From the time I understood the purpose of a car, I have been waiting for my chance to drive one. So finally, after years of waiting, I was overjoyed to get to stand outside of the DMV in the rain on my 16th birthday anxiously waiting to receive my permit. Finally, after about two hours at the DMV, I was allowed to drive.
I clearly remember stepping into the car with my dad, turning it on and allowing it to coast, only to become paralyzed with fear, unable to press the gas or turn the wheel. You see, I have always been one to need constant control, and maneuvering a huge piece of machinery with no experience really wasn’t the easiest situation to control. So, in order to begin to master this trade, I spent countless hours in parking lots and on the back streets of my neighborhood learning the basics of hand-over-hand steering, stopping, going and reluctantly accepting my dad’s advice of not driving with two feet. Finally, I was ready for the big time—Boston Post Road.
I think it was my driving instructor who took me on the open road for the first time. I went out with such confidence, easily turning through the streets of my quiet neighborhood, ready to take a road that will actually get me somewhere. Well, I turned onto Boston Post Road, drove at 10 miles an hour for about 45 seconds and freaked out. I eventually turned into a back street, and my driving instructor thought it would be best to practice a bit more in a parking lot.
Being exposed to all of the people on the Boston Post Road made me realize I may have control of myself and my car, but I have no control over the other hundreds of people on the road. I may be aware that texting and driving kills nearly 500,000 people each year, but are others aware? Today, 71 percent of drivers between the ages of 18 and 49 continue to partake in this deadly habit.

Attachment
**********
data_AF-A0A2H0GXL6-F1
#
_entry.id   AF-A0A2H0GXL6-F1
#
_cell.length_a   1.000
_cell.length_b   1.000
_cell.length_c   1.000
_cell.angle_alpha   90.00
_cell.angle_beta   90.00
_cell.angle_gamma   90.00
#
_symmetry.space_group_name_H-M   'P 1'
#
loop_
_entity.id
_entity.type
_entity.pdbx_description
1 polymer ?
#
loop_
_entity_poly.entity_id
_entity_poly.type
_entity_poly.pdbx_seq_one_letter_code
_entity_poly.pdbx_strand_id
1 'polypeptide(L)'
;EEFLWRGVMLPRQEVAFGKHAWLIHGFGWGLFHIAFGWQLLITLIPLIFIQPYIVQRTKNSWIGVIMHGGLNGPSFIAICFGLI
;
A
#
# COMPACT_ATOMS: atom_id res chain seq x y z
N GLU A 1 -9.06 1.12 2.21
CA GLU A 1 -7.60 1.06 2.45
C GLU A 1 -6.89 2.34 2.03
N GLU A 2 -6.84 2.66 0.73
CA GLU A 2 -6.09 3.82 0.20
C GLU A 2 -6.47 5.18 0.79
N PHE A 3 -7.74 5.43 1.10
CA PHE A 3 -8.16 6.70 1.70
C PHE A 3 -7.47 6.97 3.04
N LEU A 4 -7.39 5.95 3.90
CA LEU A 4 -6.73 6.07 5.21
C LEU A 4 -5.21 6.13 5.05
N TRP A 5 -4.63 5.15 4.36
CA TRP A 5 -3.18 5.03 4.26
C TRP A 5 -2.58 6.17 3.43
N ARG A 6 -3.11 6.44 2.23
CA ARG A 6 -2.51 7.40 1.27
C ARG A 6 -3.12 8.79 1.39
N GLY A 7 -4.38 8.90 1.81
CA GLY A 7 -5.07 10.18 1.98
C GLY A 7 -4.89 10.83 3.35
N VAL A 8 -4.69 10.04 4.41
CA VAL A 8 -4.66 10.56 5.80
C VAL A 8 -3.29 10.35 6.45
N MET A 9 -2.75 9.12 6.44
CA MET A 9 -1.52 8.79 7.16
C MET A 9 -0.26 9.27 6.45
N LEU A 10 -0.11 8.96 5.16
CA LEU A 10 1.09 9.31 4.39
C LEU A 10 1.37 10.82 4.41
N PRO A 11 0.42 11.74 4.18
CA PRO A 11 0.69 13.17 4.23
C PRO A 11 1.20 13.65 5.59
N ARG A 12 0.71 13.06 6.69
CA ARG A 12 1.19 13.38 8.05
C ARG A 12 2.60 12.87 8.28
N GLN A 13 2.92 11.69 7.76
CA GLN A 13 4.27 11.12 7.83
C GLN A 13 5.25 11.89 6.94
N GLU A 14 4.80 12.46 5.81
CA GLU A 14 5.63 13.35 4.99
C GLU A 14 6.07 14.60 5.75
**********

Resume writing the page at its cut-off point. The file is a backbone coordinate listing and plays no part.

Why do Americans participate in what Oprah refers to as a “deadly obsession”? Why do we continue to do something that has statistically proven to be more dangerous than driving drunk? I can’t really answer that, but it could be because we live in the age of constant communication, and where at every moment of every second of every day we are supposed to know what everyone is doing. Apparently, drivers feel the need to check their phones so they can find out that a friend has texted them to say he has just “taken a shower” or “eaten dinner,” because those messages are so important that they must risk their life to check them.
That’s scary to think about, right? That each time you check your phone while driving you’re risking your life. Not only are you risking your life, but also the lives of the passengers in your car and innocent passengers and drivers on the road. Think about that next time you’re on the road and your blackberry beeps.
So long story short, this is why I wont text and drive. Because I think any message worth risking my life, is a message worth waiting to read. Because I want to grow up to one day become a productive member of society and won’t let a text message stop that. And finally, because it is my responsibility not to text in order to keep every new driver like me safe. I, and every driver out there, are responsible for keeping one another safe, and no one is able to fulfill that responsibility while scrolling through emails and navigating their way on the open road. So next time your phone beeps while your driving, let the message wait.